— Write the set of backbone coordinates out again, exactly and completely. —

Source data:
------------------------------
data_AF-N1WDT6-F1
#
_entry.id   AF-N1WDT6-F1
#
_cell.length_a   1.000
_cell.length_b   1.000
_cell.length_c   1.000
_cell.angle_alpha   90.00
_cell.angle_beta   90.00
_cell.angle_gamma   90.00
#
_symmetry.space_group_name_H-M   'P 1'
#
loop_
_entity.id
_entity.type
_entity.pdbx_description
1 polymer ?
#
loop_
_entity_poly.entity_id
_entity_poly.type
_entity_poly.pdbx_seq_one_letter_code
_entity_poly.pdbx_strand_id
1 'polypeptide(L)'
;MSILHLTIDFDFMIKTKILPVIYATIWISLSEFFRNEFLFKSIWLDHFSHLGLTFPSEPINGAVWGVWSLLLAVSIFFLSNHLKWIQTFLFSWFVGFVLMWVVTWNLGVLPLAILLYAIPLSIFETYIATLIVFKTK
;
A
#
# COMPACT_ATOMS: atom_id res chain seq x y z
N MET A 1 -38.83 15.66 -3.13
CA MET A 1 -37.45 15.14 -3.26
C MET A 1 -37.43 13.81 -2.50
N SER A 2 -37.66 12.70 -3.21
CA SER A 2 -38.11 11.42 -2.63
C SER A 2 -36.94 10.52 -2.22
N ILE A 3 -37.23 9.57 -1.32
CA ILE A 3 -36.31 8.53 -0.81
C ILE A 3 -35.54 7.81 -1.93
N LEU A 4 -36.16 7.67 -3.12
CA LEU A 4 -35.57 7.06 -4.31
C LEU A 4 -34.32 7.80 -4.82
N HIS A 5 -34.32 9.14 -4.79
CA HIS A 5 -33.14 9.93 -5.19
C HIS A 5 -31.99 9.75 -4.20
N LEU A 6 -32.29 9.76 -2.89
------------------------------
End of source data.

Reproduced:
data_AF-N1WDT6-F1
#
_entry.id   AF-N1WDT6-F1
#
_cell.length_a   1.000
_cell.length_b   1.000
_cell.length_c   1.000
_cell.angle_alpha   90.00
_cell.angle_beta   90.00
_cell.angle_gamma   90.00
#
_symmetry.space_group_name_H-M   'P 1'
#
loop_
_entity.id
_entity.type
_entity.pdbx_description
1 polymer ?
#
loop_
_entity_poly.entity_id
_entity_poly.type
_entity_poly.pdbx_seq_one_letter_code
_entity_poly.pdbx_strand_id
1 'polypeptide(L)'
;MSILHLTIDFDFMIKTKILPVIYATIWISLSEFFRNEFLFKSIWLDHFSHLGLTFPSEPINGAVWGVWSLLLAVSIFFLSNHLKWIQTFLFSWFVGFVLMWVVTWNLGVLPLAILLYAIPLSIFETYIATLIVFKTK
;
A
#
# COMPACT_ATOMS: atom_id res chain seq x y z
N MET A 1 -38.83 15.66 -3.13
CA MET A 1 -37.45 15.14 -3.26
C MET A 1 -37.43 13.81 -2.50
N SER A 2 -37.66 12.70 -3.21
CA SER A 2 -38.11 11.42 -2.63
C SER A 2 -36.94 10.52 -2.22
N ILE A 3 -37.23 9.57 -1.32
CA ILE A 3 -36.31 8.53 -0.81
C ILE A 3 -35.54 7.81 -1.93
N LEU A 4 -36.16 7.67 -3.12
CA LEU A 4 -35.57 7.06 -4.31
C LEU A 4 -34.32 7.80 -4.82
N HIS A 5 -34.32 9.14 -4.79
CA HIS A 5 -33.14 9.93 -5.19
C HIS A 5 -31.99 9.75 -4.20
N LEU A 6 -32.29 9.76 -2.89